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Do right and wrong exist?

I'm curious about objective right and wrong. If you believe in God, this is a no-brainer. Some things are wrong, some things are right, simply because God says so and He knows. But if you don't believe in God, can you still believe in objective morality? I personally don't think you can. I mean, what do you base it off of? How do you find out what's objectively right or wrong? (By objective I mean "existing independent of thought or an observer as part of reality." from dictionary.com)
Sure, there's subjective morality. Any idea of right or wrong come up with by a human is by definition subjective. That's all well and good. Problem is that it only applies to people who believe in it and it gives them no authority to proclaim anything as "what we should be doing." Very often everybody disagrees with each other and we don't get anywhere. (Just look at Congress for an example of this.)
Maybe you disagree with me and you think there is objective morality but no God. That's fine. I would like to ask you to answer a question for me though. Let's pick an easy one. Why is rape objectively wrong? Don't misunderstand me, I can't think of a single instance where rape wouldn't be wrong. I believe very strongly that sexual abuse is one of the greatest evils in the world. Why is it evil? If you can answer me without using a God-based or subjective argument, I'll concede the point.
That point is this: Without God, there is no such thing as right and wrong, only the things we call right and wrong. And since nobody can agree on what to call what, we're all in a lot of trouble.

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    Mar 2 2013: It seems to me that it is easy to point out why an absence of objective morality would be wrong. In essence, that would be the same as saying "As long as you believe you are right, you are right". So if Hitler believes genocide was justified, it would be justified to a moral relativist. No sane person could accept such an immoral doctrine without first being brainwashed with propaganda.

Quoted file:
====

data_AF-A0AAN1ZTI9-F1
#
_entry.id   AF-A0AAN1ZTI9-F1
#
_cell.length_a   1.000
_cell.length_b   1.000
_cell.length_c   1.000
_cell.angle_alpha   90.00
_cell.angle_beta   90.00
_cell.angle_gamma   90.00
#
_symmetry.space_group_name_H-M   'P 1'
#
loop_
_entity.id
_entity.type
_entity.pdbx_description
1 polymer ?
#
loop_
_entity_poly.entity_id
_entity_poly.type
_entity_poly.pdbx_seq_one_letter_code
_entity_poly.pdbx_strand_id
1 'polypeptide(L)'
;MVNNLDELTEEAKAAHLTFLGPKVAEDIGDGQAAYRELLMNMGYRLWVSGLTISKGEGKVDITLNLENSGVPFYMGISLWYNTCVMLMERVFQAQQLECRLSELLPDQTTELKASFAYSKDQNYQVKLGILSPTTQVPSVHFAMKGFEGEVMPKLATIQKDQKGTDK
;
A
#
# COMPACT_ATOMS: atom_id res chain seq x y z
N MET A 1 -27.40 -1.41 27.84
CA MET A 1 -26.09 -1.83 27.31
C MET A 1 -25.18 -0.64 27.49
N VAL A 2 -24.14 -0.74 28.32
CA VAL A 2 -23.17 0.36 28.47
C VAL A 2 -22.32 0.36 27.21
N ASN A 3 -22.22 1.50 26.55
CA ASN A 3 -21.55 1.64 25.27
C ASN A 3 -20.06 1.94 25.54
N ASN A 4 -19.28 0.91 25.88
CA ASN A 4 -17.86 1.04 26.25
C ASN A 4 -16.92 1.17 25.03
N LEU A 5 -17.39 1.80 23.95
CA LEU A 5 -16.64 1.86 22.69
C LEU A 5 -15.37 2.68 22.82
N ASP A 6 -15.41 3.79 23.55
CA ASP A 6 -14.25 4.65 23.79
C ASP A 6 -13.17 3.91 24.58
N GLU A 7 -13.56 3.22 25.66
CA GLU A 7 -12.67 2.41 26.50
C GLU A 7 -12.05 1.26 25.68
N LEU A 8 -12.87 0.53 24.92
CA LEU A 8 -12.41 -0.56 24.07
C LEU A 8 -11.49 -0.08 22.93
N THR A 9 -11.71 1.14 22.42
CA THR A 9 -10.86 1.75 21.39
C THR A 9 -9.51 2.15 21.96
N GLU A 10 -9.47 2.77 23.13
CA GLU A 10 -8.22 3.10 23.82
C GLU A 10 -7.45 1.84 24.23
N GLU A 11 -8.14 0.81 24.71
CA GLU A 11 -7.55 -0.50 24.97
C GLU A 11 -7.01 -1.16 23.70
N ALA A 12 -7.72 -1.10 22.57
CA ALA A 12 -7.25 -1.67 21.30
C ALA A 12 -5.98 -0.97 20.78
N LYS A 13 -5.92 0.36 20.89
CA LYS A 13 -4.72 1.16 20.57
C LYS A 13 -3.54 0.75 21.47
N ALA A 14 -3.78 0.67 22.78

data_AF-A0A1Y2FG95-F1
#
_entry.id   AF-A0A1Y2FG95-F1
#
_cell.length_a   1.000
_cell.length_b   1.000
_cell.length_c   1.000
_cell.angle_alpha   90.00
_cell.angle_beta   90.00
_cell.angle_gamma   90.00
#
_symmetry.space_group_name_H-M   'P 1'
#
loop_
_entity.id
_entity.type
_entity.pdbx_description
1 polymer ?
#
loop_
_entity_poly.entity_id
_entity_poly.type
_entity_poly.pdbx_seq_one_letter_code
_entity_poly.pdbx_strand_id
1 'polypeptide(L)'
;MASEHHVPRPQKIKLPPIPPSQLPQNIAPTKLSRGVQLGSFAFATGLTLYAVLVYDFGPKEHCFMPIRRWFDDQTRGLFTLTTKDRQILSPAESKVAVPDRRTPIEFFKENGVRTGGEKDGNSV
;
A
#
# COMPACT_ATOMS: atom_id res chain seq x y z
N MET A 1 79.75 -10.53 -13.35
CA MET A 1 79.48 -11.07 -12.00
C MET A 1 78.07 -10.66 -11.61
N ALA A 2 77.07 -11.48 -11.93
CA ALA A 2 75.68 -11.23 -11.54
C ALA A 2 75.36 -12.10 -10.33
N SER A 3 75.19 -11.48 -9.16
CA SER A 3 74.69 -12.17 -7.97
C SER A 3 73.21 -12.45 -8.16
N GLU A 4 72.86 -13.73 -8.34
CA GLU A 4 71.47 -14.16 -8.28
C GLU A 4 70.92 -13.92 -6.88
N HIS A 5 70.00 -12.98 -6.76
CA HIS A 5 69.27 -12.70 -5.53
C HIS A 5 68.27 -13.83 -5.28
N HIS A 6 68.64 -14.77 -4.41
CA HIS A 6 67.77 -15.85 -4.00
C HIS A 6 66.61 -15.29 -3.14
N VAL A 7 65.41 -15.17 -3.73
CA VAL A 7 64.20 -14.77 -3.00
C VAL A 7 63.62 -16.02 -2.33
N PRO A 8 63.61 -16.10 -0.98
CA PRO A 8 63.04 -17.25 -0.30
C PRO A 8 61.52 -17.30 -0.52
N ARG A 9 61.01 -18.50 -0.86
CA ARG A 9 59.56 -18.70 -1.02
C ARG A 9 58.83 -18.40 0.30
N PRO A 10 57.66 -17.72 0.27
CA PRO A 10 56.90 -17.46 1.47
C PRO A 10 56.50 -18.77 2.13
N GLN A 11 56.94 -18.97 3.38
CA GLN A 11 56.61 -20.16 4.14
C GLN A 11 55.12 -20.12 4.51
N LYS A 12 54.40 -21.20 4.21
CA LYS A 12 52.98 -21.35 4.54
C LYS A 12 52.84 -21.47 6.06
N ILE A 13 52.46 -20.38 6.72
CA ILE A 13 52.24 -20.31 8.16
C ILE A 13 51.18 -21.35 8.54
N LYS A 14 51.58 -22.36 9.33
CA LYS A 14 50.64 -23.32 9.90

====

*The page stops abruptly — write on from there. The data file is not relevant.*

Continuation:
But you are right in pointing out that it is hard to identify why there might be objective morality. After all, without the totalitarian solution of God, why should I trouble myself with moral concerns? If you cite the Golden Rule, I can thus reply: why should I care about reciprocity? What is it about reciprocity that makes it an objective quality? Is it due to the benefits that come from reciprocating acts of kindness, and the survival of the human race? In that case, it would seem to me that morality is highly hypocritical since it is built on the foundations of cost-benefit analysis rather than pure morality. Food for thought.
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        Mar 2 2013: This is interesting indeed. while the statement is an attempt to be morally objective, it is still morally subjective, right? Because anyone can define their own set of moral axioms, as we have been looking at Hitler. So. Forget about moral nihilism. What about you? Do you think it is a good idea to strive for moral objectivity?

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